How can young people in Nottingham use their passion for skateboarding to revitalise urban spaces?

Nottingham Civic Exchange Associate Chris Lawton reflects on creating opportunities to make use of and discuss forgotten spaces.

As a Nottingham Civic Exchange Associate bringing my skills and expertise to the city is something I do on a range of fronts.  Formerly an economic development professional and now an academic researching work and the nuance of the local labour market for the Good Work programme (see Laying the Foundations),  I’m also a lifelong skateboarder who writes about approaches to including young people in urban development and contribute to Pushing Boarders, the world’s first academic conference on skateboarding. Through Skate Nottingham, I work to promote visions of positive, active urban places across Nottingham.  Engaging diverse audiences to reimagine underused spaces has allowed Skate Nottingham to explore what is possible within local areas.

To help bring this all together we are hosting a day of activity on Monday 29 July.

Radical Places Workshop

How can young people in Nottingham use their passion for skateboarding to revitalise urban spaces?

Nottingham has a strong claim to be one of the original homes of UK skateboarding, presenting opportunities for novel approaches to urban development in the run up to the sport’s inclusion in the 2020 Olympics in Tokyo. The non-profit organisation Skate Nottingham have been exploring ways of engaging young people in reimagining ‘unloved’ urban spaces and addressing wider social and cultural challenges, including sedentary lifestyles, barriers to physical activity on the basis of gender, age and income and the gaps between local people’s interests and aspirations in the creative industries and their access to ‘good’ jobs.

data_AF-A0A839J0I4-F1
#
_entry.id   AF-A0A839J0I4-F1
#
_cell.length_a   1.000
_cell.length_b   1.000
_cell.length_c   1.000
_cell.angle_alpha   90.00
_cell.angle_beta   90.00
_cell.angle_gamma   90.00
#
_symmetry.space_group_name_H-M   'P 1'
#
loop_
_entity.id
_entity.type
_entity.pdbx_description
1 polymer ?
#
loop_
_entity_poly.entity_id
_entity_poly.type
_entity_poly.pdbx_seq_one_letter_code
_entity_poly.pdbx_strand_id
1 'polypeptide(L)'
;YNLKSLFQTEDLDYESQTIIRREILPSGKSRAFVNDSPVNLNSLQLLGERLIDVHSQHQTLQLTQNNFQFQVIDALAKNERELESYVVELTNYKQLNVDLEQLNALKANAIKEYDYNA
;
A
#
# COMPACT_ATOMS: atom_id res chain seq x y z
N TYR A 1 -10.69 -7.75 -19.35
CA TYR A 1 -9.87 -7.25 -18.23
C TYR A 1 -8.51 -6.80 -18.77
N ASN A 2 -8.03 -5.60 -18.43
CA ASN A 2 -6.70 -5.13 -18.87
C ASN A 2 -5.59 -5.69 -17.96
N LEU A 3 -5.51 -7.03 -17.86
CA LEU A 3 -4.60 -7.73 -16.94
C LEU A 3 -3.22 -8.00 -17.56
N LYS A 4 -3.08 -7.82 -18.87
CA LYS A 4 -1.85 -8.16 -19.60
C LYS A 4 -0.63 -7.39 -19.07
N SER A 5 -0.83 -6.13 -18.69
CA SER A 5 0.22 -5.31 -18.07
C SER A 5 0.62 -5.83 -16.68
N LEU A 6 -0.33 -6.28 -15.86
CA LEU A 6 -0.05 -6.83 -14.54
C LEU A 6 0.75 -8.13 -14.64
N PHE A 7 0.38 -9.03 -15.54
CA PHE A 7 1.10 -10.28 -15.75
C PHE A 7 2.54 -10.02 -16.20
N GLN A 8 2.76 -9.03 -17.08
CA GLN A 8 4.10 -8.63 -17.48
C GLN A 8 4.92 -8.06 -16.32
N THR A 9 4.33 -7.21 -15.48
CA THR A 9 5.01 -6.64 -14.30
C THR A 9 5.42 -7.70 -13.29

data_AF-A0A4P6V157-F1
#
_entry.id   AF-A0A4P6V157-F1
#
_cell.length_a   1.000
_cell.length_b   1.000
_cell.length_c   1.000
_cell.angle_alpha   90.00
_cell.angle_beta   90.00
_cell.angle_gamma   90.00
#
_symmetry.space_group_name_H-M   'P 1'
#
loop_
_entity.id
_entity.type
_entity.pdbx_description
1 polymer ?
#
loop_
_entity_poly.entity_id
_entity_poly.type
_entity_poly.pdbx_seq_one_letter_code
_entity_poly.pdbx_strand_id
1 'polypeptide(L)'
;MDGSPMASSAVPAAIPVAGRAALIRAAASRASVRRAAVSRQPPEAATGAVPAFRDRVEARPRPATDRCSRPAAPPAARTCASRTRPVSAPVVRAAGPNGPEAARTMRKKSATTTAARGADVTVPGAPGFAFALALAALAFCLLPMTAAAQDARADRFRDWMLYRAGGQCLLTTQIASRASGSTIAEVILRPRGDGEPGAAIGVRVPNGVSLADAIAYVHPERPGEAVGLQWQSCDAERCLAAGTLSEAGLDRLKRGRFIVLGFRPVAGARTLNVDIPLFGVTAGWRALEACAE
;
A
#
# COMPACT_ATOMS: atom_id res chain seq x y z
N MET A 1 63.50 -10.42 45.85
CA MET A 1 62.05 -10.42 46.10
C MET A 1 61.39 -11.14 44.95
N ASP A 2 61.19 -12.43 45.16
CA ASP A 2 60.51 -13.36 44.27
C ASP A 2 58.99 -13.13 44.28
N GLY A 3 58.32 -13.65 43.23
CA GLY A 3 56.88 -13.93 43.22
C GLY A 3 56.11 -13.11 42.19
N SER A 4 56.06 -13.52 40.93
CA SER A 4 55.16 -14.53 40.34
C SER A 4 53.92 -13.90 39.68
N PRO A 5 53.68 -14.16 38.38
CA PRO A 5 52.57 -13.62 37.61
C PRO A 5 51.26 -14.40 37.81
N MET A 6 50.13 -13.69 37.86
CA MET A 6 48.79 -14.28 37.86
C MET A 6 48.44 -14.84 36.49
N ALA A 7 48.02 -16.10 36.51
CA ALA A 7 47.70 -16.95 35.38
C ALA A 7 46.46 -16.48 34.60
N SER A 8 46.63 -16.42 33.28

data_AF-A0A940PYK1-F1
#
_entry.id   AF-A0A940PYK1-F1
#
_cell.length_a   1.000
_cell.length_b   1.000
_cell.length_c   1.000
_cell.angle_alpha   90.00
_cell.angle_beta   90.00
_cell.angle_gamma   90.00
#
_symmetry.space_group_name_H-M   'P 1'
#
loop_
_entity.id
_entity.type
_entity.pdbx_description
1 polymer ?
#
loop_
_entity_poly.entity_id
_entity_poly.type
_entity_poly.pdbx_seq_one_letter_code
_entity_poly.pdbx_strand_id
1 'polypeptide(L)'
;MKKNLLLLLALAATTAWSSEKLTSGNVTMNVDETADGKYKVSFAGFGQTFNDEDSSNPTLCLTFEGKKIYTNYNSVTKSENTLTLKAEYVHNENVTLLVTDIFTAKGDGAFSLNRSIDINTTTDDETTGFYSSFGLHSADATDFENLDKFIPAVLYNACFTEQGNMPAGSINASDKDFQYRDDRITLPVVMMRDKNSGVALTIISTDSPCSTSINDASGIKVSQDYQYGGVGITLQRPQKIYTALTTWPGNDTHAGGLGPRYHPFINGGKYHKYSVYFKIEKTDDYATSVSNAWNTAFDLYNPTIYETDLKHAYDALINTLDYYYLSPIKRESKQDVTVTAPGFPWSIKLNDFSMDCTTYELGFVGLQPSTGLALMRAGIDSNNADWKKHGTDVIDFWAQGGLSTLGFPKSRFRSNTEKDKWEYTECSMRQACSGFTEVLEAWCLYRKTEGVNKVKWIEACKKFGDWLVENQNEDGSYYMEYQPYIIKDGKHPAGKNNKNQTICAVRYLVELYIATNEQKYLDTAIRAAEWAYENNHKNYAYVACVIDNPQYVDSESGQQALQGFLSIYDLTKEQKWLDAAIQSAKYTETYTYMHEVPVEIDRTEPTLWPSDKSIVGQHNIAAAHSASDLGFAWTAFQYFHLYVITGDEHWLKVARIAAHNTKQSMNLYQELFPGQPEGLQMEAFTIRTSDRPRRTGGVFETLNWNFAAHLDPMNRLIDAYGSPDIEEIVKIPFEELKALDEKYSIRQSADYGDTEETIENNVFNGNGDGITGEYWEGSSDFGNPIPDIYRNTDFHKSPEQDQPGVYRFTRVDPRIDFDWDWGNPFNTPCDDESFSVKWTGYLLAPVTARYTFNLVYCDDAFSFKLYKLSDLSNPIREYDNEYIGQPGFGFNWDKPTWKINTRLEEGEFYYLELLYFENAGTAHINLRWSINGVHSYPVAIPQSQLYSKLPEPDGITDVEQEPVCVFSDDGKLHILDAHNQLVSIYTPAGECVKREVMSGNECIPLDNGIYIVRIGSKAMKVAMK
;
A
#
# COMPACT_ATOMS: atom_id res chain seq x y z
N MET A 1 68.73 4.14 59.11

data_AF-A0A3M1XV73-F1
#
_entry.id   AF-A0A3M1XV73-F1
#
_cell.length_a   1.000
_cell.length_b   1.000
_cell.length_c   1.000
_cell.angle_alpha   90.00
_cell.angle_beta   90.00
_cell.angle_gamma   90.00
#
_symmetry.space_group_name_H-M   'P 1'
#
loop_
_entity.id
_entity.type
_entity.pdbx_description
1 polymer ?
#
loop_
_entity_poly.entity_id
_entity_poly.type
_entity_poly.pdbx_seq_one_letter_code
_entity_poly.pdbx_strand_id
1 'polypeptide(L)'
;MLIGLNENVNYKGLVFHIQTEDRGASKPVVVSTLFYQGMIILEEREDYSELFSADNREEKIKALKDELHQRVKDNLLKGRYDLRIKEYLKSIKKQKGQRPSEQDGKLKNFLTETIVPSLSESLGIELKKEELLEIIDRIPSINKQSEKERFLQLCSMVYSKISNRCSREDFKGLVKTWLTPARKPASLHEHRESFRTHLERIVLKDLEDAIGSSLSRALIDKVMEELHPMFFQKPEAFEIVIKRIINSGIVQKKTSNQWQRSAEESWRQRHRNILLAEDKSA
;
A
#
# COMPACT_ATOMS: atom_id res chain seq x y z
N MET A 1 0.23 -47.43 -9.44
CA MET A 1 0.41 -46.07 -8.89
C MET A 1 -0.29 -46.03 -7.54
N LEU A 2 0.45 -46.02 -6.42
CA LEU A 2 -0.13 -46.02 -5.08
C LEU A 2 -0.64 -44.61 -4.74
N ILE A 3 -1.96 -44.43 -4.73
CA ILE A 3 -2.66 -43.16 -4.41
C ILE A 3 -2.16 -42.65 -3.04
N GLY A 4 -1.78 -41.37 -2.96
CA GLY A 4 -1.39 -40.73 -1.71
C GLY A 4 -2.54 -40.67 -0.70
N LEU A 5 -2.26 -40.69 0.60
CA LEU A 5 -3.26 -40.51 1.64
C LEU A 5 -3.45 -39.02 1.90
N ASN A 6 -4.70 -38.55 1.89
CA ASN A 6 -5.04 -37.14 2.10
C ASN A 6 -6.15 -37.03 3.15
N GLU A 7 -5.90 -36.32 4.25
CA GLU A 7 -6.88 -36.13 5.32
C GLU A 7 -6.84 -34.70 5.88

A National Lottery grant will fund the multi-venue ‘Skateboarding in the City’ festival held in Nottingham from Friday the 26th July to Saturday 3rd August.  As part of this, a free workshop, ‘Radical Places’, will take place on Monday 29th July at 38 Carrington Street, the Nottingham Urban Room, from 10.30am until 4.00pm. It will include talks, presentations and interactive sessions led by: Mike Jeffries and Sebastian Messer (authors of the ‘accidental youth clubs’ project, Northumbria University); Professor Carrie Paechter (NTU, Director of the Nottingham Centre for Children, Young People and Families), Kelli Watson (We Can Fly documentary series and creative/digital education for young people inspired by skateboarding) and Brent Lewis (director of the FAR Academy Trust in Kent); and Chris Lawton (NTU and Skate Nottingham) and Mikko Kyrönviita (co-ordinator of the Dwellers in Agile Cities programme at University of Tampere).

Following this workshop, there will be a free public talk and Q&A at the Mezzanine Bar at Broadway Cinema from 5pm-7pm, with Mikko, Chris and Professor Iain Borden (Vice Dean, Education, at the Bartlett, University College London and author of ‘Skateboarding and the City: A Complete History’, Bloomsbury, 2019).

The workshop will focus on skill sharing, use of research and evaluation and opportunities for collaboration across cities and will be aimed at people actively engaged in community organising and academic research on grassroots sport, culture and DIY urbanism.  The public talks at Broadway Cinema will be open to anyone with an interest in novel approaches to regeneration and inclusive growth, the role of alternative sports and sub-cultures in engaging young people in active lifestyles, and how cities like Tampere in Finland may provide learning points for Nottingham and other post-industrial cities.

If you’re interested in attending the workshop during the daytime at 38 Carrington Street, places are limited, so register a free place here

Book your free ticket

The talks at the Broadway Mezzanine bar that start at 5pm on Monday 29th July are open to the public, so you’re extremely welcome to come along.

Follow Skate Nottingham on Instagram, Twitter and Facebook for updates on all the other events during the Skateboarding in the City Festival

Nottingham Civic Exchange

Nottingham Civic Exchange has been established by Nottingham Trent University to maximise research, policy and practical impact by bringing together university expertise with partners seeking to address the needs of local communities. Nottingham Civic Exchange acts as a resource to look at social and economic issues in new ways. This means facilitating debate, acting as a bridge between research and policy debates, and developing practical projects at a local, city and regional level.

Visit our website - www.ntu.ac.uk/nce Contact us - notts.civicex@ntu.ac.uk Follow us - @NottsCivicEx

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